Last year I challenged myself to cycle 70 miles across Wales, sleep on the beach and cycle back again. I loved the physical and mental challenge and the feeling of independence and strength that it gave me. But I was on a schedule to get from A to B before the sun went down, and I found it really frustrating that I couldn’t take the time to stop and enjoy the waterfall, or to lie down for half an hour to listen to the silence and take in the sense of freedom that my adventure presented. So I promised myself that, moving forward, I would always try to allow for that time of reflection and appreciation of what amazing things nature offers me on my adventures.

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This got me thinking about how adventure is so different for everyone. Stepping out of ones comfort zone and embarking on something new, unusual and exciting can be all sorts of things, and doesn’t have to be grand or significantly life changing. Anything from cooking your dinner on a hill after work, to spending weeks at a time exploring far-flung corners of the earth. Regardless of the scale, seeking out adventure always uncovers beauty in one form or another: in your surroundings, in the actions of your fellow adventurers, or in the feeling, emotions and thoughts within you.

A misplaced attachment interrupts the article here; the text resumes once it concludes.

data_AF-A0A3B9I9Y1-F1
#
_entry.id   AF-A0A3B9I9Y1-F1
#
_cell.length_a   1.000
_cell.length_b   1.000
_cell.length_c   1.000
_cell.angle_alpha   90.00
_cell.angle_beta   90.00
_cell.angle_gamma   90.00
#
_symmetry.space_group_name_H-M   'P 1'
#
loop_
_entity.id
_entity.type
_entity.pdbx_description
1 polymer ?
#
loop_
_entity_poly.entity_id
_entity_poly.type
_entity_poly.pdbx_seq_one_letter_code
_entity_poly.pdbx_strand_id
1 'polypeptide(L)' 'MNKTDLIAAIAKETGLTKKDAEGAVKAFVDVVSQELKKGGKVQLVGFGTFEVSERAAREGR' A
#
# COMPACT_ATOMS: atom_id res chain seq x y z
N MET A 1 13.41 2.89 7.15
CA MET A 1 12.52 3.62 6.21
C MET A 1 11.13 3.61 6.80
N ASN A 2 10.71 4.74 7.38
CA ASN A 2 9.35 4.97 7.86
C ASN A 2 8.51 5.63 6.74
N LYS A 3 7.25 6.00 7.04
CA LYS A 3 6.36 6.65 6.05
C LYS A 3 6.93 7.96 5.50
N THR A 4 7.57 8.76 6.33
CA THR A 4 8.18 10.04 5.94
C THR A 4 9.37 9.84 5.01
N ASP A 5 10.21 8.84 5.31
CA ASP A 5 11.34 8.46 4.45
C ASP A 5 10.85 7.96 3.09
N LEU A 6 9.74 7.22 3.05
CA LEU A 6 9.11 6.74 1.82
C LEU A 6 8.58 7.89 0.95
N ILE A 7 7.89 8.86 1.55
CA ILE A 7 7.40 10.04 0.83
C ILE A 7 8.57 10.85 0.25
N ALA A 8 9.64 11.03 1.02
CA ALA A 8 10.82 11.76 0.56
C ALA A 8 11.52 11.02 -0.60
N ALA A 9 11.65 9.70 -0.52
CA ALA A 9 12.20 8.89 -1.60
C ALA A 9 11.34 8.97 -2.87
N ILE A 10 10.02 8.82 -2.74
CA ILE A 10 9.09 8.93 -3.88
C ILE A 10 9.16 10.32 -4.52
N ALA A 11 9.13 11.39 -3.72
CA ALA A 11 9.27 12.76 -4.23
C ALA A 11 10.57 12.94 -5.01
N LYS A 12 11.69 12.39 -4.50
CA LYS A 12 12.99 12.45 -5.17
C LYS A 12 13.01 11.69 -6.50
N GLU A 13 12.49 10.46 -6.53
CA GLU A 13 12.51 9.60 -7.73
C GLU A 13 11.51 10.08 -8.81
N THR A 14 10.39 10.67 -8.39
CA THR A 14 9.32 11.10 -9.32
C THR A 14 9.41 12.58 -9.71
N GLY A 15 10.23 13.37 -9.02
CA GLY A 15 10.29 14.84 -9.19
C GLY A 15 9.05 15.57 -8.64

With modern life getting busier and more hectic every day, it’s easy not to make the effort to get out adventuring. And even easier to forget to appreciate all that beauty when adventures do happen. So for a little inspiration on how to get some adventure into everyday life, here are a few simple things to try each week:

Dining out

  • Cycle to work instead of your usual mode of transport
  • Cook your dinner on a campfire – even if it’s in the backyard!
  • Take a walk along a river at sunrise
  • Climb a tree in the park
  • Have a sunset picnic at a place with a stunning view
  • Take a night hike
  • Go for a swim before work at your nearest wild swimming spot
  • Take a run to your nearest park on your lunch break
  • Climb a hill and do some yoga at the top
  • Build a den and read your book in it – even if it’s inside
  • Take your camp stove to work and make your own coffee in the park at lunchtime
  • Hang your hammock in the park after work and enjoy listening to noise of the city